If exceptional circumstances of a public nature which could not have been foreseen occur as a result of which the performance of the contractual obligation, even if not impossible, becomes oppressive for the obligor so as to threaten him with grave loss, it shall be permissible for the judge, in accordance with the circumstances and after weighing up the interests of each party, to reduce the oppressive obligation to a reasonable level if justice so requires, and any agreement to the contrary shall be void.
Article 249 has not been widely relied upon by the UAE Courts, perhaps because they are generally reluctant to interfere to amend contractual agreements (or to infringe upon pacta sunt servanda). But that has not stopped parties from seeking to rely on the provision. For example, in a 2012 Abu Dhabi Court of Cassation case (261/2012), a contractor (claimant) had entered into a contract with the employer (defendant) for the construction of a building in return for payment of a lump sum price. In consequence of an increase in the prices of materials, the claimant argued that the performance of the contract became too burdensome to perform, and requested the Court to adjust the parties' obligations under the contract in reliance on Article 249. However, the Court refused to do so. It stated that an alteration to the contract would be permitted only in the following circumstances:
- When the circumstances were of an exceptional and general nature that did not just impact the specific party to the proceedings, but also a category of the public;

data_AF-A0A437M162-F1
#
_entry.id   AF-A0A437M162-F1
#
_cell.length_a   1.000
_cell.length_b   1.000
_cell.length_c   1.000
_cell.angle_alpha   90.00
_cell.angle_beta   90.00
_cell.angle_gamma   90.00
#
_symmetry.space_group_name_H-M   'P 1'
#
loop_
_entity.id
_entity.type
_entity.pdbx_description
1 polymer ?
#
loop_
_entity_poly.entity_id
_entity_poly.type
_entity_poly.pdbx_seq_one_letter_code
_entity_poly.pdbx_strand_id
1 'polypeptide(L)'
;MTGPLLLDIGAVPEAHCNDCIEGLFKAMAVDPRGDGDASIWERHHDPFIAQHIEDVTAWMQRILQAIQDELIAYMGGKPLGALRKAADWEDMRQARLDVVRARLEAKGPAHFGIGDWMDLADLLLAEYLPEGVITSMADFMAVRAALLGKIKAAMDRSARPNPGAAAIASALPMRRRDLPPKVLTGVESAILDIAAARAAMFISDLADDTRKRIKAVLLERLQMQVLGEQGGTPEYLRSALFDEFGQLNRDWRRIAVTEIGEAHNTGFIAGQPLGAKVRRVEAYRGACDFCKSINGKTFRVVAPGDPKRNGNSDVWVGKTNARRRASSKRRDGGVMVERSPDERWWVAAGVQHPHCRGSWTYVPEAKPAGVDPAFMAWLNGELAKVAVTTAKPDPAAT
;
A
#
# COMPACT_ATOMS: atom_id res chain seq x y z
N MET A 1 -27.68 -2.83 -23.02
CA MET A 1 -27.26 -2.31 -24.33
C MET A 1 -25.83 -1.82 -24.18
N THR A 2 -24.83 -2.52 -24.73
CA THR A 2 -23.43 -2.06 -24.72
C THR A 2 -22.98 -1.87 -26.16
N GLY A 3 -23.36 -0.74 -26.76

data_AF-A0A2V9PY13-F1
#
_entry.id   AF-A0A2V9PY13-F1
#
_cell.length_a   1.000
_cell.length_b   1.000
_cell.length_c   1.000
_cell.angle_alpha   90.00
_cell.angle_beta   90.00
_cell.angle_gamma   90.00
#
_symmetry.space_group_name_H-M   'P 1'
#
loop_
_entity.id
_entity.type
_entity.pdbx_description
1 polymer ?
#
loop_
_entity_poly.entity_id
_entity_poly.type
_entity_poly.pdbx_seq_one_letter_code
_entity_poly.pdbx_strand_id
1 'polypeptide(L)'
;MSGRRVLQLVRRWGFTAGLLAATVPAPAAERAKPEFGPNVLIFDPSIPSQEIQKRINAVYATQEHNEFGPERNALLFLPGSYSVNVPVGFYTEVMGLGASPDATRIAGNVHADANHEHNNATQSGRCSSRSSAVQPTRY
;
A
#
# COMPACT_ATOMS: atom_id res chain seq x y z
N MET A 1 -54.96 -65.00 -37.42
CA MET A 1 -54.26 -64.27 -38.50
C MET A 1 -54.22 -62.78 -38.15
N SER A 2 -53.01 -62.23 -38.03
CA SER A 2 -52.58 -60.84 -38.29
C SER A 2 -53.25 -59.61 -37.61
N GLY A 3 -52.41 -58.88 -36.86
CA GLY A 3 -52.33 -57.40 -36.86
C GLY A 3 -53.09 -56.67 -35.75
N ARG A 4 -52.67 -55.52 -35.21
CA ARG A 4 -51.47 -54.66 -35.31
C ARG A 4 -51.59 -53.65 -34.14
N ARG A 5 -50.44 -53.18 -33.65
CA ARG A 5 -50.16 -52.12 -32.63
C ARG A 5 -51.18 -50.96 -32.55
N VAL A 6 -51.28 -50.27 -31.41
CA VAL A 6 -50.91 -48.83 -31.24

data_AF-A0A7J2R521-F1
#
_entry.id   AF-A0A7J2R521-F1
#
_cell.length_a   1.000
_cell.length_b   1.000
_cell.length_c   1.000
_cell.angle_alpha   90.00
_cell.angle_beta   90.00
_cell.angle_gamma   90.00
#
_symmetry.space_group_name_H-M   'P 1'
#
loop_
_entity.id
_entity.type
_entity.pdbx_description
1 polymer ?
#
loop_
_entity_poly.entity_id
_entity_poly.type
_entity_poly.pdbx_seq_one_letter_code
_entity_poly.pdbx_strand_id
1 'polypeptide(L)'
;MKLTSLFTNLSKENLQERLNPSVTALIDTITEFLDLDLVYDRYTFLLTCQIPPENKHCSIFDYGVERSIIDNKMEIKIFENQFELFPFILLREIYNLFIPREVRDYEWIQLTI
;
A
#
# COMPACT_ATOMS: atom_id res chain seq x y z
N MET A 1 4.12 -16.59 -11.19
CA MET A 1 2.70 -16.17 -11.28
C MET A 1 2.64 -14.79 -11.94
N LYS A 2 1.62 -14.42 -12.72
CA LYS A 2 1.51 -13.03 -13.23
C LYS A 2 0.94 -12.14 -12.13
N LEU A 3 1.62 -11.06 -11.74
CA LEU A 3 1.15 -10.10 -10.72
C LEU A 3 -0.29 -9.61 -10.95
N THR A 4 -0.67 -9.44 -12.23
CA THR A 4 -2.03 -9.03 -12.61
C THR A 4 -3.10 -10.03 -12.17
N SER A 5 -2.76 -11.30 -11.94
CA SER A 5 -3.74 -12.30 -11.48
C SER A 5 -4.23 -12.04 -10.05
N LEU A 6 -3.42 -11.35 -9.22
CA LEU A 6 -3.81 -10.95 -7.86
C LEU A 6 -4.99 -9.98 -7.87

- When the circumstances were incapable of being foreseen or predicted (at the time of contract); and
- When the circumstances make the performance of the contract, if not impossible, at least burdensome, to the extent that performance would result with the party obliged to perform incurring severe losses that are not customary and that gravely threaten the balance of interests between the parties to the contract.
In that case, the Court held that the fluctuation in prices of materials did not qualify as an exceptional unforeseen circumstance, particularly in the construction industry.
We are yet to see Article 249 used by the Courts to adjust contracts in the context of COVID-19. However, it would be no surprise to see an uptick in instances of parties asking Courts and Tribunals to exercise that power to alleviate the alleged impact of COVID-19 on contractual obligations. If so, it will be interesting to see how such attempts are treated by the courts and tribunals, particularly in relation to contracts entered into at a time when it could be said that COVID-19 and its impacts were not readily foreseeable.
Types of recoverable damages
In broad terms, UAE law recognises an entitlement to compensation in damages only for losses that (i) are actual and have materialised as a direct result of a breach of contract; and (ii) were foreseeable at the date of contract. Both criteria must be fulfilled. Losses whose occurrence is theoretical and therefore not certain, even if probable, are not recoverable under UAE law.